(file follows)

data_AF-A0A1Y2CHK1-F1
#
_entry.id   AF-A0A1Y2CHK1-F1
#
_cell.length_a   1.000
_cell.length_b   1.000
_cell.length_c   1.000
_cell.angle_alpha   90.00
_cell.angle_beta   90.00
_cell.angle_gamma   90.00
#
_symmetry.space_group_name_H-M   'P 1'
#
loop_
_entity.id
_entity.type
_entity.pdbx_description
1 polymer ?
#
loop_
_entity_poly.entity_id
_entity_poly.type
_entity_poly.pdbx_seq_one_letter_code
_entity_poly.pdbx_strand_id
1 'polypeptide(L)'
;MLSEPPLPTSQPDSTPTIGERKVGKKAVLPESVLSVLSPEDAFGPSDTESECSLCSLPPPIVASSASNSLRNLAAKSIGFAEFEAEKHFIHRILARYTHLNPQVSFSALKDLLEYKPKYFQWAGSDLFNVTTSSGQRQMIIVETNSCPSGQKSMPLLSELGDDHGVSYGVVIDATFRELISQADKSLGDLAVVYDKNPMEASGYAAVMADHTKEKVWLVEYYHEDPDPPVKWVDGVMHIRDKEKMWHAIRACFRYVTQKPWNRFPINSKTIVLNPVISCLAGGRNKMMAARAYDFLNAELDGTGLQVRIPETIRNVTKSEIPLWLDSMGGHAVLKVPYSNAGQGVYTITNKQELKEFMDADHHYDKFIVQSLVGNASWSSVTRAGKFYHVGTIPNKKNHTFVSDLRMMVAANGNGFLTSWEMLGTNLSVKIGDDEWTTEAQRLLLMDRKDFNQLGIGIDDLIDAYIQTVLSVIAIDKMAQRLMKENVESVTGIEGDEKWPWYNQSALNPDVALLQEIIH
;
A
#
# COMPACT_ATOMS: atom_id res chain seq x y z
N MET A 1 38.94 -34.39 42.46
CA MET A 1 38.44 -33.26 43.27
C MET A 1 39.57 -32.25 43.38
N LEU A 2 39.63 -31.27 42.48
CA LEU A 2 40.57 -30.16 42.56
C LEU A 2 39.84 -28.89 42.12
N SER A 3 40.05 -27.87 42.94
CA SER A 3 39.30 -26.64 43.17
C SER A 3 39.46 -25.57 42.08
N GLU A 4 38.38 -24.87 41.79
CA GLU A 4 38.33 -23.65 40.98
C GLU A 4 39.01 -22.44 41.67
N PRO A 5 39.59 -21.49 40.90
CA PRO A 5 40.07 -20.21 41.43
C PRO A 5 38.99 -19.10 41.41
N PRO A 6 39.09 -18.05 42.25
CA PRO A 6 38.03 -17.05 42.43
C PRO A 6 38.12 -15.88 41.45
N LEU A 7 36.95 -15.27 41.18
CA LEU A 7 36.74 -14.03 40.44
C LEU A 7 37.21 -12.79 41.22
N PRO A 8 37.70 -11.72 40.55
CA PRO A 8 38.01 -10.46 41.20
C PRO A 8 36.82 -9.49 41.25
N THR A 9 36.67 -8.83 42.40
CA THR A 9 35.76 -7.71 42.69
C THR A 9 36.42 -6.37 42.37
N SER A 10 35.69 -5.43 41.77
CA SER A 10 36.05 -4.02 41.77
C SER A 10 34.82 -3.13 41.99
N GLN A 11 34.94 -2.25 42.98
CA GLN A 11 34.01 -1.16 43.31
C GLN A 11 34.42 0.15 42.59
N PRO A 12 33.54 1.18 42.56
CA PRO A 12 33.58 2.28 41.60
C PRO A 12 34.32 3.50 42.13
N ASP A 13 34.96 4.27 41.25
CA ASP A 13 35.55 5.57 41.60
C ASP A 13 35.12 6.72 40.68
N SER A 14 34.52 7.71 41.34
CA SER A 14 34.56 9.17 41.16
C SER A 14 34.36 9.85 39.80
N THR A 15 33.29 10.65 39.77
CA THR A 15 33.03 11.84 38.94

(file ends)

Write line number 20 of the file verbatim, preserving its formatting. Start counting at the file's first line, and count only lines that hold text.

loop_